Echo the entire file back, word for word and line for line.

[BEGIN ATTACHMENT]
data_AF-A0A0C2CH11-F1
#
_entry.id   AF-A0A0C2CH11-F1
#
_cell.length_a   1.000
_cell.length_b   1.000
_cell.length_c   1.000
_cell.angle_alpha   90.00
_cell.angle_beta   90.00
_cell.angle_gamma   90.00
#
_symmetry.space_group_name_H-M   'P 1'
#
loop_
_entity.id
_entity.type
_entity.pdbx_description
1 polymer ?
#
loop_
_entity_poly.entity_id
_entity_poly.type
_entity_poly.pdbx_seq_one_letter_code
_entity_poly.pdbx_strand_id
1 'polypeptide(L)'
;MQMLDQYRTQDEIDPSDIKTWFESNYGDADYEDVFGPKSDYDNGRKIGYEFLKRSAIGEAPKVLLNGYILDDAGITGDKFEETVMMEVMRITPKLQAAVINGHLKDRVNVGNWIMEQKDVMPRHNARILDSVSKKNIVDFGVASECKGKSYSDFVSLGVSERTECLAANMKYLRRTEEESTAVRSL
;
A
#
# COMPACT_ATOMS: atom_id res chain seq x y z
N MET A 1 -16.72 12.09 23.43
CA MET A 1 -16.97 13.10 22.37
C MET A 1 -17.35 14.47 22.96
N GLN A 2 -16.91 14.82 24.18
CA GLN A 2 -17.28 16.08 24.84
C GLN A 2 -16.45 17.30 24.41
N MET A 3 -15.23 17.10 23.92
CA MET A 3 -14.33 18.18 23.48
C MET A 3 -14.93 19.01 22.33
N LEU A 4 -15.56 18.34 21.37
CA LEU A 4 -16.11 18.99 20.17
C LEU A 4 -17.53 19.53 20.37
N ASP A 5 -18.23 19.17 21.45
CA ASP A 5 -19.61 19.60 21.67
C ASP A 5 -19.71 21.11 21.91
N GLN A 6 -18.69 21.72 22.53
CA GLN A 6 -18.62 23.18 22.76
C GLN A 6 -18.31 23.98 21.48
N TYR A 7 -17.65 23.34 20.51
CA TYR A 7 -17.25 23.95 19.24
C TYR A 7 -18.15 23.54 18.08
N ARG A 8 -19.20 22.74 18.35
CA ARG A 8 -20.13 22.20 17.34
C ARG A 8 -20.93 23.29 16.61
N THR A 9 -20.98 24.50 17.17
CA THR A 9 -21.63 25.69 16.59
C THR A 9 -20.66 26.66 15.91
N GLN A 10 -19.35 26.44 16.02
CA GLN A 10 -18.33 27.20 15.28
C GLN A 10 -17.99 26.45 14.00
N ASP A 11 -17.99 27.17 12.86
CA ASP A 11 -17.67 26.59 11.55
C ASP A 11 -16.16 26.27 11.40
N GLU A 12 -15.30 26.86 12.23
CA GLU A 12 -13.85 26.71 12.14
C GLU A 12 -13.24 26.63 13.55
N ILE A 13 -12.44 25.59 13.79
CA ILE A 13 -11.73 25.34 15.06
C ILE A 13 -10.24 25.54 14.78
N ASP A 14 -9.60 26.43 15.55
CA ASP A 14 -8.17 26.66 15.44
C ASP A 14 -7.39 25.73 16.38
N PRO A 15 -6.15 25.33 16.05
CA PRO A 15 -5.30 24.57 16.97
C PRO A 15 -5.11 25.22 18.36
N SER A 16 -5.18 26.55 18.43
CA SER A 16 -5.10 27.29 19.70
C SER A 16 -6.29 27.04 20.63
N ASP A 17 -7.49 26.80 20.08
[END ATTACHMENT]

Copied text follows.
data_AF-A0A0C2CH11-F1
#
_entry.id   AF-A0A0C2CH11-F1
#
_cell.length_a   1.000
_cell.length_b   1.000
_cell.length_c   1.000
_cell.angle_alpha   90.00
_cell.angle_beta   90.00
_cell.angle_gamma   90.00
#
_symmetry.space_group_name_H-M   'P 1'
#
loop_
_entity.id
_entity.type
_entity.pdbx_description
1 polymer ?
#
loop_
_entity_poly.entity_id
_entity_poly.type
_entity_poly.pdbx_seq_one_letter_code
_entity_poly.pdbx_strand_id
1 'polypeptide(L)'
;MQMLDQYRTQDEIDPSDIKTWFESNYGDADYEDVFGPKSDYDNGRKIGYEFLKRSAIGEAPKVLLNGYILDDAGITGDKFEETVMMEVMRITPKLQAAVINGHLKDRVNVGNWIMEQKDVMPRHNARILDSVSKKNIVDFGVASECKGKSYSDFVSLGVSERTECLAANMKYLRRTEEESTAVRSL
;
A
#
# COMPACT_ATOMS: atom_id res chain seq x y z
N MET A 1 -16.72 12.09 23.43
CA MET A 1 -16.97 13.10 22.37
C MET A 1 -17.35 14.47 22.96
N GLN A 2 -16.91 14.82 24.18
CA GLN A 2 -17.28 16.08 24.84
C GLN A 2 -16.45 17.30 24.41
N MET A 3 -15.23 17.10 23.92
CA MET A 3 -14.33 18.18 23.48
C MET A 3 -14.93 19.01 22.33
N LEU A 4 -15.56 18.34 21.37
CA LEU A 4 -16.11 18.99 20.17
C LEU A 4 -17.53 19.53 20.37
N ASP A 5 -18.23 19.17 21.45
CA ASP A 5 -19.61 19.60 21.67
C ASP A 5 -19.71 21.11 21.91
N GLN A 6 -18.69 21.72 22.53
CA GLN A 6 -18.62 23.18 22.76
C GLN A 6 -18.31 23.98 21.48
N TYR A 7 -17.65 23.34 20.51
CA TYR A 7 -17.25 23.95 19.24
C TYR A 7 -18.15 23.54 18.08
N ARG A 8 -19.20 22.74 18.35
CA ARG A 8 -20.13 22.20 17.34
C ARG A 8 -20.93 23.29 16.61
N THR A 9 -20.98 24.50 17.17
CA THR A 9 -21.63 25.69 16.59
C THR A 9 -20.66 26.66 15.91
N GLN A 10 -19.35 26.44 16.02
CA GLN A 10 -18.33 27.20 15.28
C GLN A 10 -17.99 26.45 14.00
N ASP A 11 -17.99 27.17 12.86
CA ASP A 11 -17.67 26.59 11.55
C ASP A 11 -16.16 26.27 11.40
N GLU A 12 -15.30 26.86 12.23
CA GLU A 12 -13.85 26.71 12.14
C GLU A 12 -13.24 26.63 13.55
N ILE A 13 -12.44 25.59 13.79
CA ILE A 13 -11.73 25.34 15.06
C ILE A 13 -10.24 25.54 14.78
N ASP A 14 -9.60 26.43 15.55
CA ASP A 14 -8.17 26.66 15.44
C ASP A 14 -7.39 25.73 16.38
N PRO A 15 -6.15 25.33 16.05
CA PRO A 15 -5.30 24.57 16.97
C PRO A 15 -5.11 25.22 18.36
N SER A 16 -5.18 26.55 18.43
CA SER A 16 -5.10 27.29 19.70
C SER A 16 -6.29 27.04 20.63
N ASP A 17 -7.49 26.80 20.08